We are the truth

I hate to keep blogging on the Russian story, but we seem to keep having to face it. We are sharing our decision to adopt with our family this week, and of course, they all immediately ask if we have heard about this case. I feel like we have to keep defending adoption--this is the exception, not the norm!

Of course it scares us. It scares the pants off of us. There are so many unknowns. Was the adoptive mother mislead? Was the child really out of control? How can any child adapt in only 6 months?

But the biggest question we have is "What if this happens to us?"

I'm not sure I'll know how we'd handle something like this. Not becoming a family unit is one of our greatest fears. But I know we are no quitters. Giving up on a child is not an answer.

The thing I worry about more though, is that we will be judged by the actions of this family. The state of international adoptions is tenuous. It's a delicate dance between countries, often tip-toeing around cultural differences, political agendas, and even anger over the "export" of children from their birth country. The fragile thread of hope for a family must survive amid the every changing relationships between sending countries and the United States. We hope the US continues a good relationship with Korea and the ripples caused by this situation and the Russian international adoption program will not adversely impact our chances of creating a family.

So I cling to the hope that this is the exception to most adoption stories. Not the rule. I know that most adopted children live a happy and well adjusted life. And most adoptive parents would go to the ends of the earth to help their child before putting them on a plane back to Russia.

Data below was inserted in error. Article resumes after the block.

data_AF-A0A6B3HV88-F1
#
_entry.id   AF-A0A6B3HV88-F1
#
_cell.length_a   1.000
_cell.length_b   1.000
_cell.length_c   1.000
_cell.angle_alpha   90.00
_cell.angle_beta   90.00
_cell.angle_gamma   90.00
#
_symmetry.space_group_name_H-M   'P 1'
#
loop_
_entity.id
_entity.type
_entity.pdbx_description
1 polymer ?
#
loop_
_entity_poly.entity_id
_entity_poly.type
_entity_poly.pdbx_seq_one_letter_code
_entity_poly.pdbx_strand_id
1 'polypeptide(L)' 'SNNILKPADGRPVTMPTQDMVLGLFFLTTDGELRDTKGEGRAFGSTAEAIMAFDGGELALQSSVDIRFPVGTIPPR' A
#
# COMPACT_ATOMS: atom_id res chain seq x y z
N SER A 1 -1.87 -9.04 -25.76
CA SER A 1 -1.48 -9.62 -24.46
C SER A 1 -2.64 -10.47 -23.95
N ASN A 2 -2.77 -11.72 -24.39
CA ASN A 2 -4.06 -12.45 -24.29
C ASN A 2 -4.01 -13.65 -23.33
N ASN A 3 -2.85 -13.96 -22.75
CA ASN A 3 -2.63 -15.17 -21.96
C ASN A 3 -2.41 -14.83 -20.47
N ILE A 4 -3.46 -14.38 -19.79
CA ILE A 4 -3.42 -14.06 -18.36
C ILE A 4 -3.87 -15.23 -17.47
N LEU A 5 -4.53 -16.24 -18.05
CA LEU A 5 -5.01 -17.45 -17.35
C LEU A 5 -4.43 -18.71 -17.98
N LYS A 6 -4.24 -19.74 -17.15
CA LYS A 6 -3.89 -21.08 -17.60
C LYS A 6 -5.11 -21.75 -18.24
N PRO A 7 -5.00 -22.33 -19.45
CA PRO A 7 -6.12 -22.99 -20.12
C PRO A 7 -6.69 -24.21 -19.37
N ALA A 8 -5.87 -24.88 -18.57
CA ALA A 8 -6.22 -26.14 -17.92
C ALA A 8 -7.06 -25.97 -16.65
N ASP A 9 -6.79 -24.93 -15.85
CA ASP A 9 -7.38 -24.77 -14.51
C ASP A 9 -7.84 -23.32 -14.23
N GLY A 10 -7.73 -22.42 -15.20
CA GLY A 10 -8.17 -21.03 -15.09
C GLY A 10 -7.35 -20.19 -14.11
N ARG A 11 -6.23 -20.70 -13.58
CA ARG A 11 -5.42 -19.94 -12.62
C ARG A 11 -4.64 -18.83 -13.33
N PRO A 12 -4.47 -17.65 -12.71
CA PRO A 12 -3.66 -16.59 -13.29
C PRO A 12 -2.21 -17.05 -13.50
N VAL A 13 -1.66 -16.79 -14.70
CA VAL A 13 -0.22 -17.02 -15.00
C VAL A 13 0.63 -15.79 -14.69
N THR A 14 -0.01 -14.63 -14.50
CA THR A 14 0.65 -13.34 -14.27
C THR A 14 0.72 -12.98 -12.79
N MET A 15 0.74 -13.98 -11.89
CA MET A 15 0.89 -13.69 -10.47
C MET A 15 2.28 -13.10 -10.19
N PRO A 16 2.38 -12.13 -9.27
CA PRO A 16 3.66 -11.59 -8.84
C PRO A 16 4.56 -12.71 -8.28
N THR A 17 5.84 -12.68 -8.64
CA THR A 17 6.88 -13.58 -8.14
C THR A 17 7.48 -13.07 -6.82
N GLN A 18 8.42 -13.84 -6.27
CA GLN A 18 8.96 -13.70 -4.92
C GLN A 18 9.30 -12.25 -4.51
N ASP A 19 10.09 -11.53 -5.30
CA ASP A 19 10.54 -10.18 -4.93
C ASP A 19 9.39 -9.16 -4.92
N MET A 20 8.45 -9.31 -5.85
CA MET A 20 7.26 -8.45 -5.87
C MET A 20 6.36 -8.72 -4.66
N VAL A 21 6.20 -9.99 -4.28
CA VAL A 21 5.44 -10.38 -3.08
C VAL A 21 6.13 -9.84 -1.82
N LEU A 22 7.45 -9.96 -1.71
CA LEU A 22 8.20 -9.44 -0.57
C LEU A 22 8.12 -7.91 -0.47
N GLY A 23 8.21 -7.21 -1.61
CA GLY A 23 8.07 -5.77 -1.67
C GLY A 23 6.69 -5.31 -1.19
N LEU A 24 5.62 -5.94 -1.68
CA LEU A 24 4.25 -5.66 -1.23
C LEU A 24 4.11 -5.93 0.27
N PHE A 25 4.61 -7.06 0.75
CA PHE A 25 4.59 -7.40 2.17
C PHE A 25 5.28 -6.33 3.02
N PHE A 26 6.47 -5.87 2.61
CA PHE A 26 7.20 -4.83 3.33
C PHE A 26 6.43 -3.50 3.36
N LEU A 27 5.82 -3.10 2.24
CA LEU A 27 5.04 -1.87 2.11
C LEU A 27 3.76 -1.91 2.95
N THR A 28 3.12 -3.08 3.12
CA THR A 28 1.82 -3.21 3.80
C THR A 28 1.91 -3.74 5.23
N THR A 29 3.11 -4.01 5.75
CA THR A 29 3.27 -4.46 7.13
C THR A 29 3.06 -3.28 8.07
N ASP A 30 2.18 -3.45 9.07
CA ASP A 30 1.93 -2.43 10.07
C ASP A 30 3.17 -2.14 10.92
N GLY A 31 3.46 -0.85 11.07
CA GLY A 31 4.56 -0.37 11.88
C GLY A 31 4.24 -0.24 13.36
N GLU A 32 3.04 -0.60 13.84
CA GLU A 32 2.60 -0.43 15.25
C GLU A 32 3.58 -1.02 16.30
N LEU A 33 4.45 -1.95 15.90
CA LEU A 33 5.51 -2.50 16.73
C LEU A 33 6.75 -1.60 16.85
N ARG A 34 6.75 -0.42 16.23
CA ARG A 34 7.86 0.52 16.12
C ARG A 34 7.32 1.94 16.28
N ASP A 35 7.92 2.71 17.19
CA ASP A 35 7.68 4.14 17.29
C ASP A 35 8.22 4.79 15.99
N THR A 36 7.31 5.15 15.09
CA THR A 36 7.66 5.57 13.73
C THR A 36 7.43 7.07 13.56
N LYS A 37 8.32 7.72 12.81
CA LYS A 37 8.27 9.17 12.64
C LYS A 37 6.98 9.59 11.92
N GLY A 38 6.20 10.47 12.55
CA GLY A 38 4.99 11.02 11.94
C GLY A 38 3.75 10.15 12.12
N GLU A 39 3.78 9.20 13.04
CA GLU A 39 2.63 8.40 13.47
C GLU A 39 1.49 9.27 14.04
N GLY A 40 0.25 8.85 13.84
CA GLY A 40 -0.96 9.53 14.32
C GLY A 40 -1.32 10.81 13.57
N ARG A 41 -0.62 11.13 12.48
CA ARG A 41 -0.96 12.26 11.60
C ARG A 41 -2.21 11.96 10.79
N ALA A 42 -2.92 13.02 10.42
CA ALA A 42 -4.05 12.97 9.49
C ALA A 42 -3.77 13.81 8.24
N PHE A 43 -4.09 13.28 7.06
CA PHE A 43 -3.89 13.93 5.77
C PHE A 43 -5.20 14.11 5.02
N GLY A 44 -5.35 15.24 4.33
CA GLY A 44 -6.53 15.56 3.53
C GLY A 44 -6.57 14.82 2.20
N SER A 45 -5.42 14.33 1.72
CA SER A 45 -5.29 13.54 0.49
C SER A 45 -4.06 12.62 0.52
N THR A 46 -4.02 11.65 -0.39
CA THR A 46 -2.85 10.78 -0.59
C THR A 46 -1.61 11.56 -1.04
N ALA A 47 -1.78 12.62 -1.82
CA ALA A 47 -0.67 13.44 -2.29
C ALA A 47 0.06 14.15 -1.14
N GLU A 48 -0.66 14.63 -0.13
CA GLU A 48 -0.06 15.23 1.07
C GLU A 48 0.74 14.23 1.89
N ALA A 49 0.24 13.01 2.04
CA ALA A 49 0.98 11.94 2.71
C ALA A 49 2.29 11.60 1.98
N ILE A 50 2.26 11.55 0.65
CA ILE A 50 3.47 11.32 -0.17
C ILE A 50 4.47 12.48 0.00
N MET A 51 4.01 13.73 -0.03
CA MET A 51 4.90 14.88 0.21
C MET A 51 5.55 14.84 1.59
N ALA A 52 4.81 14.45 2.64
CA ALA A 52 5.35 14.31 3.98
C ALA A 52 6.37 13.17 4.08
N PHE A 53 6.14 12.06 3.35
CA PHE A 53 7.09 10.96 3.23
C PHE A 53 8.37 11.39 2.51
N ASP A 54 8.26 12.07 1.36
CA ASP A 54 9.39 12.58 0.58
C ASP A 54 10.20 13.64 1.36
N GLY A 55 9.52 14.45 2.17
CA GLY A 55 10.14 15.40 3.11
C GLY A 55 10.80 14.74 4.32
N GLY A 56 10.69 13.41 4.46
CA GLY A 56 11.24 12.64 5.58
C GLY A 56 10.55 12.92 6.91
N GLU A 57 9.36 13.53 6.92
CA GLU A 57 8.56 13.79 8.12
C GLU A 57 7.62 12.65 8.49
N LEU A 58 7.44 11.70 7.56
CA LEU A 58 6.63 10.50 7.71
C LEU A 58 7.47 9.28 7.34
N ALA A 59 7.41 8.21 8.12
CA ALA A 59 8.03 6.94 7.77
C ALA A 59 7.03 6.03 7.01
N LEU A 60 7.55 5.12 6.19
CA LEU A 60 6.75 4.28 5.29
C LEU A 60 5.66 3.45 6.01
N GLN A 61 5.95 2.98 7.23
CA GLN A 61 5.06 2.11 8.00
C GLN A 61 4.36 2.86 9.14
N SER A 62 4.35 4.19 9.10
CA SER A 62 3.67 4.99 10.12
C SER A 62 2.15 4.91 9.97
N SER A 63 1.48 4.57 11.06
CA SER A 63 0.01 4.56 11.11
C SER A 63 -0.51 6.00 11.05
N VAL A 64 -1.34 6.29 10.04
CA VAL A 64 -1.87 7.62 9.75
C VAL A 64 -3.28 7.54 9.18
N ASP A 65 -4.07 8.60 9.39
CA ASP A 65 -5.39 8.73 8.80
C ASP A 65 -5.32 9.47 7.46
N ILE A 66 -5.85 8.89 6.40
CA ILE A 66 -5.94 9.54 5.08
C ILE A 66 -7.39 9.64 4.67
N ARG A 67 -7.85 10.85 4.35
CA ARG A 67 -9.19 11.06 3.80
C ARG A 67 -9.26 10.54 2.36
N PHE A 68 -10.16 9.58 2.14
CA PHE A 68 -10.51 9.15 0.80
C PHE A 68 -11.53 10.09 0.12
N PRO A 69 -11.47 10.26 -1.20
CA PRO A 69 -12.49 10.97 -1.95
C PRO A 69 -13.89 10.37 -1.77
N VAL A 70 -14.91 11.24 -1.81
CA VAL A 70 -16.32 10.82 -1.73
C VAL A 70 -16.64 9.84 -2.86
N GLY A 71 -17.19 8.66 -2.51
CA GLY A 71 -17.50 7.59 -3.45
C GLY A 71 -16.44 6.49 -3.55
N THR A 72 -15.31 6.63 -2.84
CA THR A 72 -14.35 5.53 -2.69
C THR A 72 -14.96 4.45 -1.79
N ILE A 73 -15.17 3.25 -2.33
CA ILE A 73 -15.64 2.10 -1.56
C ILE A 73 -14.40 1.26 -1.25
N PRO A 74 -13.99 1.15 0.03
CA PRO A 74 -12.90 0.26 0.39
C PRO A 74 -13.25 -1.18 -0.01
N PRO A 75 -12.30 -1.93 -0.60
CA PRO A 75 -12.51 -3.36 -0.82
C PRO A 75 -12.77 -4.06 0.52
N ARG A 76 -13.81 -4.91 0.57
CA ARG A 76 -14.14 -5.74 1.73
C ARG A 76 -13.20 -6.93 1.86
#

I want other countries to know that not all Americans who are adopting should be judged by the actions of this family.

The Joint Council on International Children's Services have a call to action for adoptive families who want to have their voices heard on this subject in the international arena. They encourage the US and Russia to prosecute any situations concerning abuse and work together for the protection and support of adopted children.

Go here to sign the Joint Council's petition and stand up for adopted families!

Also, for you bloggers, the Joint Council has designated April 15 as We Are The Truth adoption blogger day. Use your blog to share your adoption SUCCESS stories!


  1. Thanks for your great blog and for mentioning it on the Korea forum.

  2. We adopted from S. Korea. No issues like this. I think that you have to look at the country from where you're adopting and determine the veracity of the facts that you get on the child and then determine whether or not that fits with what you can handle. In our case, we received very good information, and have found all of the information thus far to be truthful (and it's been almost two years since we came home). We have no regrets. We are, however, dismayed by the perception in the media that foreign adoptions are somehow fruaght with peril when in fact it's a very small percentage of cases where things go bad. I'd go so far so as to venture that if you look at the "problem" cases with foregin adoptions vs. the "problem" cases with natural mothers in the US, adjust for the statistical difference in the sizes of those populations, I would be surprised if foreign adoptions had a higher or even and even rate of incidents. Thus, the entire media blitz about this is likley just "if it bleeds, it leads" without really doing any serious journalism. Then again, that's the state of journalism in the US today, in my opinion. Asian nations really look at hard at prospective adoptive families (I don't know if the Russians do) so there is less change of this.

    Michael Trust


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